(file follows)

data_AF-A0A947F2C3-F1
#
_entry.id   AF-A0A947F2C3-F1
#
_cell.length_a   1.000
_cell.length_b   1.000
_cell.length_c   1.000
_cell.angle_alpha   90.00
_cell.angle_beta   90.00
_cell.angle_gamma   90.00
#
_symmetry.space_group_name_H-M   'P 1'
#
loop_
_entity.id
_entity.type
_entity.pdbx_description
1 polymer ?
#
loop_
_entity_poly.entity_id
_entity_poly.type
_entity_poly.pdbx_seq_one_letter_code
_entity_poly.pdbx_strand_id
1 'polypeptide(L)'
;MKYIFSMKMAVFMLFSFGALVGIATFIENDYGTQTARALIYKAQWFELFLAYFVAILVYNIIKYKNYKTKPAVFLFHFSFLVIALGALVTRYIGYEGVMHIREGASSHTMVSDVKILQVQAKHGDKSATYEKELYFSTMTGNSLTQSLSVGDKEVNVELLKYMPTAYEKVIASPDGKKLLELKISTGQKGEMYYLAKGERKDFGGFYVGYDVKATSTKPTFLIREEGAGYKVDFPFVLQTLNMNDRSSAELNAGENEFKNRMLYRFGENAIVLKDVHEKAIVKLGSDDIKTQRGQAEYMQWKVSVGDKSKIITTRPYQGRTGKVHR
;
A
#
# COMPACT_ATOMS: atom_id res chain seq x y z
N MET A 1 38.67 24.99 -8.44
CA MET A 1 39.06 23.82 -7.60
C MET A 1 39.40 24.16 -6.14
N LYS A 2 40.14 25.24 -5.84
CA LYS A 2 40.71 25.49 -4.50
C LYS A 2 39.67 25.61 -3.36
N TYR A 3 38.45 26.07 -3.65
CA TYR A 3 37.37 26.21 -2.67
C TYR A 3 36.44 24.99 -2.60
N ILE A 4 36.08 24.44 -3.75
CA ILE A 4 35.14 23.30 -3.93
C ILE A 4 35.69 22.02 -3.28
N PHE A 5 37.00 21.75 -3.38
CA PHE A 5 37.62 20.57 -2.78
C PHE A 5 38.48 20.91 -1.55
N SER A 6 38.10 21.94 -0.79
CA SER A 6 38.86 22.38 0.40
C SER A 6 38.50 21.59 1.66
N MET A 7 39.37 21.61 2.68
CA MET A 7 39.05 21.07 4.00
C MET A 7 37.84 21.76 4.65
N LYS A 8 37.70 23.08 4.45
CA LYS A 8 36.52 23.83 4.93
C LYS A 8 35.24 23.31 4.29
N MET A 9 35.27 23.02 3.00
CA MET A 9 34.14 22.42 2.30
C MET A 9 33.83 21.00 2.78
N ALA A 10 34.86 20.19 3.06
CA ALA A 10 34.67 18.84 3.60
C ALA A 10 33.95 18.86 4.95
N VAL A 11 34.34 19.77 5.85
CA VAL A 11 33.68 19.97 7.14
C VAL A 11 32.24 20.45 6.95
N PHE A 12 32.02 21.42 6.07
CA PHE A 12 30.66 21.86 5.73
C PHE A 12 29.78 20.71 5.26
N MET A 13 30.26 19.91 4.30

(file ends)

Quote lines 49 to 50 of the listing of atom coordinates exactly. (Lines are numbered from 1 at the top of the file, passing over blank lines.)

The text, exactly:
N MET A 7 39.37 21.61 2.68
CA MET A 7 39.05 21.07 4.00